Even though the war was overshadowing most else in Hispania, news of Lübecker’s return was met with much fanfare. After crossing the Atlantic from Africa and heading up the west coast of South America, the explorer made a short pit stop in Cusco and Nueva Granada before heading out into the wide Pacific. He was not seen again until his fleet was spotted by Lusari off the coast of China, the man still charting the coastline there. It was said that Lusari and his three ships travelled alongside Lübecker all the way to Mahe, where the explorer had begun his journey. As Lübecker docked at its port, the locals held a grand celebration, for the man had just become the first to successfully circumnavigate the globe. He would be the talk of Hispanian court, and Europe, for many years.



The situation in Central America became even more confusing. Colima forced both Tlapanec and Aztec to recognize them as the leader of the federation, their new overlord. The Portuguese, however, still remained subservient to Tlapanec. Portugal was now a vassal of a primitive heathen nation that was themselves also a vassal of someone else. Perhaps the Portuguese just needed to be put out of their misery.

Tunis, stilling eyeing up Hispania’s lands, was caught with spies in Cagliari.

France attempted to force Venice from Napoli, even though they arrived too late to save the province. Without proper leadership though, they were unable to claim victory and were forced to retreat. Venice won the day.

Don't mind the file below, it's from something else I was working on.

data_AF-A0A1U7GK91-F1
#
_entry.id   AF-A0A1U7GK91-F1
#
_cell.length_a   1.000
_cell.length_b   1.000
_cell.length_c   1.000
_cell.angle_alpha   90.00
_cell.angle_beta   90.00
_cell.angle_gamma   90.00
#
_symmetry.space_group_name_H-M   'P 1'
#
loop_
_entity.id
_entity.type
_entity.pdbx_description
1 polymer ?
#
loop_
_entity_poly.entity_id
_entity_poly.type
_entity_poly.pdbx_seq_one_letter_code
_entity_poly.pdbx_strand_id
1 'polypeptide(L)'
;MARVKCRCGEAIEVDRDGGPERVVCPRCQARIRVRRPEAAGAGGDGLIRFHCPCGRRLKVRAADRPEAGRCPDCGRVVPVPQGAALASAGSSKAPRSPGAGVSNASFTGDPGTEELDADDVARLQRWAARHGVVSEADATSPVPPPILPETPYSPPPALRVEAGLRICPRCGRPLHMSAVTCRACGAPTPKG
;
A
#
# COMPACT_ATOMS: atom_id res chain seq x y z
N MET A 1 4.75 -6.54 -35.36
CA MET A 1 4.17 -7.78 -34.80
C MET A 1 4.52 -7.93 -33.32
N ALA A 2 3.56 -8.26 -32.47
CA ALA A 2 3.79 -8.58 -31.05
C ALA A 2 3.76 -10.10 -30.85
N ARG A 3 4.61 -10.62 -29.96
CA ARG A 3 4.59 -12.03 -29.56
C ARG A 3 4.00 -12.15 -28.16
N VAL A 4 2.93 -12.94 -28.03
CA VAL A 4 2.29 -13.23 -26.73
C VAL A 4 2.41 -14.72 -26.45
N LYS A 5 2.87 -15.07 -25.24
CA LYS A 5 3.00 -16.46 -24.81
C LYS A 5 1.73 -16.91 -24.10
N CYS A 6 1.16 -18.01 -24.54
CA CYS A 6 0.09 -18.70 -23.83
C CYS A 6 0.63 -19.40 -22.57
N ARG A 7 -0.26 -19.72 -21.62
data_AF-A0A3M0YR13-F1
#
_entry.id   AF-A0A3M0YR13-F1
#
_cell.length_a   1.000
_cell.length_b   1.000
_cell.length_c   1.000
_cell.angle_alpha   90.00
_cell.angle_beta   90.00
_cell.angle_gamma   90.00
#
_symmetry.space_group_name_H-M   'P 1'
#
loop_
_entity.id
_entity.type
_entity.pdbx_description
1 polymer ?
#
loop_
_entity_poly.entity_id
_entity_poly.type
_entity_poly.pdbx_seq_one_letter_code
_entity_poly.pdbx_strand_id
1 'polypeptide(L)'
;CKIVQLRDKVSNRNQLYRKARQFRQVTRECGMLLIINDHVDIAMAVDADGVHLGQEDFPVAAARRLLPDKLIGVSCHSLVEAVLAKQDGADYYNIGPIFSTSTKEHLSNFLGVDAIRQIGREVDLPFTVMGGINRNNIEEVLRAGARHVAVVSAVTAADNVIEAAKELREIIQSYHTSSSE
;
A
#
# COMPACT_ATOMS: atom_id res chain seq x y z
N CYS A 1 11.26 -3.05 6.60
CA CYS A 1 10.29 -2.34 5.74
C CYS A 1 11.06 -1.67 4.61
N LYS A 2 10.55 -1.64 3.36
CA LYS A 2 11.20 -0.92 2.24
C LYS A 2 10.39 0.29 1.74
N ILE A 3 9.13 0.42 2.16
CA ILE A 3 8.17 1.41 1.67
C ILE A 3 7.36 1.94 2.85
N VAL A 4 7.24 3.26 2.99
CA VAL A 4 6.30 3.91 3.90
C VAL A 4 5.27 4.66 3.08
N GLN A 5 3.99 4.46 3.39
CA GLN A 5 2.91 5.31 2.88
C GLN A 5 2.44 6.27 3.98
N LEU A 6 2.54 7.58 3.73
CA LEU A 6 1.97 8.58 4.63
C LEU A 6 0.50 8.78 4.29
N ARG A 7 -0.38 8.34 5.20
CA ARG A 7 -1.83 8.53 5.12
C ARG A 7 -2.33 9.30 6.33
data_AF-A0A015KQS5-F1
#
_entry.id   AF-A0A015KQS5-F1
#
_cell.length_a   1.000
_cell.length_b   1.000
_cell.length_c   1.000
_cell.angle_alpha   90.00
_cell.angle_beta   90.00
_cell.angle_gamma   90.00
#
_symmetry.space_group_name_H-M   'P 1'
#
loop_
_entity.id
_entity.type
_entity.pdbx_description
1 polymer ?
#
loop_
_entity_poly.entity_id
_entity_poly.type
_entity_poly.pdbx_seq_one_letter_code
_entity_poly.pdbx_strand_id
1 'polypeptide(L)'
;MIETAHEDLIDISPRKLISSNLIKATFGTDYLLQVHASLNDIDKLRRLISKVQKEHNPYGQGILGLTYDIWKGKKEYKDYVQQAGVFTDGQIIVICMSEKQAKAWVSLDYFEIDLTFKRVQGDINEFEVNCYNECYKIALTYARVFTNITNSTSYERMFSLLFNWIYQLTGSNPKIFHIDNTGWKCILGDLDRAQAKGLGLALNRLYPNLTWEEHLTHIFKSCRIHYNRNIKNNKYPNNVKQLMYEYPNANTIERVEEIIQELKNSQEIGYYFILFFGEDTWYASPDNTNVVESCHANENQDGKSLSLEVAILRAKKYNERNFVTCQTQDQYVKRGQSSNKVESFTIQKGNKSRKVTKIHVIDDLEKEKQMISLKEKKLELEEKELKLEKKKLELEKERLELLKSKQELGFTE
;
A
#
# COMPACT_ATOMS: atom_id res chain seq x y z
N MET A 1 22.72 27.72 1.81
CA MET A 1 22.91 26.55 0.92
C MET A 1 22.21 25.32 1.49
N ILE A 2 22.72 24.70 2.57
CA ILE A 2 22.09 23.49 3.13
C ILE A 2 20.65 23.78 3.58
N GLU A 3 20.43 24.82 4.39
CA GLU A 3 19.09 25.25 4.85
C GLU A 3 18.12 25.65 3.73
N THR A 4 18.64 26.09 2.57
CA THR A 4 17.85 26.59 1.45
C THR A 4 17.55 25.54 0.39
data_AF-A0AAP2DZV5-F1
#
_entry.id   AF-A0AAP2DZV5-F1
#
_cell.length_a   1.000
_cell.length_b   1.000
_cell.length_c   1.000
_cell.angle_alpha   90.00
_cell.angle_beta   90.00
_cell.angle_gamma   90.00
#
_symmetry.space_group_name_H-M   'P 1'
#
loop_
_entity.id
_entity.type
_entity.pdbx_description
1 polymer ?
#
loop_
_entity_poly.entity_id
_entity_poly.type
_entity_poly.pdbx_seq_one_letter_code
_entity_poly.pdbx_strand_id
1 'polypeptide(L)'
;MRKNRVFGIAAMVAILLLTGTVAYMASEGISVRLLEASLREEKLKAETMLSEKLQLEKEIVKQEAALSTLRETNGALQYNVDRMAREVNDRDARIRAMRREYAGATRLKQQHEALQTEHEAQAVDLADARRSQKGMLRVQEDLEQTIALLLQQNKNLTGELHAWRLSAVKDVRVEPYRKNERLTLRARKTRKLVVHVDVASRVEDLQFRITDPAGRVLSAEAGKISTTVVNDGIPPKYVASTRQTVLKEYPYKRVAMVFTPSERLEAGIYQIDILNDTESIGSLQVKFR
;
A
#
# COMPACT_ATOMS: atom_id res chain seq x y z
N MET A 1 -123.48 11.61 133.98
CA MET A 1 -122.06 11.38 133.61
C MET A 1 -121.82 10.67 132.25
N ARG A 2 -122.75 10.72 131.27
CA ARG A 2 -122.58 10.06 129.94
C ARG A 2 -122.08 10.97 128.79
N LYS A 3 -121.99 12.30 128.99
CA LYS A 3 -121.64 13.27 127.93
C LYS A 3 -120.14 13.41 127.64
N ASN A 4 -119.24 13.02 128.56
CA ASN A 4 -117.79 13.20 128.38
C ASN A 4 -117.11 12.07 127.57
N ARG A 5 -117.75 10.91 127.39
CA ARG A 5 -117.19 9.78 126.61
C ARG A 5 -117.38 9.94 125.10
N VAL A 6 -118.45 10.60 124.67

Back in Greece, the Hispanian armies split up to retake Byzantium’s land. Tarnovo was the priority. A couple Wallachian and Polish regiments were destroyed in the march north, stragglers left behind. The bigger prize was at sea. Tuscany had managed to take Venice, forcing another large galley navy right into Hispania’s waiting arms. 19 ships were sunk, with a single galley captured by the Hispanian navy.

Lusari finished his charting of the Chinese seas, returning to Africa to replenish supplies. Both he and Lübecker were recalled to Iberia, for with the recent circumnavigation, it had been proven that Hispania had managed to chart every sea and coastline in the world. This was a great achievement, but it also meant a great change. The era of exploration was over. There would be no more need for intrepid explorers, at least at sea.




General Hashem managed to retake Silistria and moved on to Wallachia’s capital. Leon had been tasked with retaking the all-important fort of Tarnovo, while Saint-Pierre was to retake Vidin before joining up with Leon. The transport fleet was also sent back to Iberia, for the new Granada army was almost ready.

August of 1615 brought two major breakthroughs. First was the fall of Albania, opening up the Dalmatian coastline. General Limmona headed north to work on taking those provinces not protected by the fort in Dalmatia. The second was the fall of Negroponte, the last Venetian fort in Greece. The siege army headed straight for Naxos, although that had to wait for the ensuing naval battle to finish. Another of Venice’s galley fleets had been hiding in Negroponte, but now they were forced to face Hispania’s fleet. As with previous battles, Venice lost everything with Hispania barely taking a scratch. The Venetian navy was in tatters.

Two more trade depots were constructed, this time in Zaragoza and Barcelona. This coincided with the new Granada army landing in Naples, ready to retake the province. Tuscany had nearly 40k men besieging Rome, so the position was safer now than before. The Venetians were most likely preoccupied.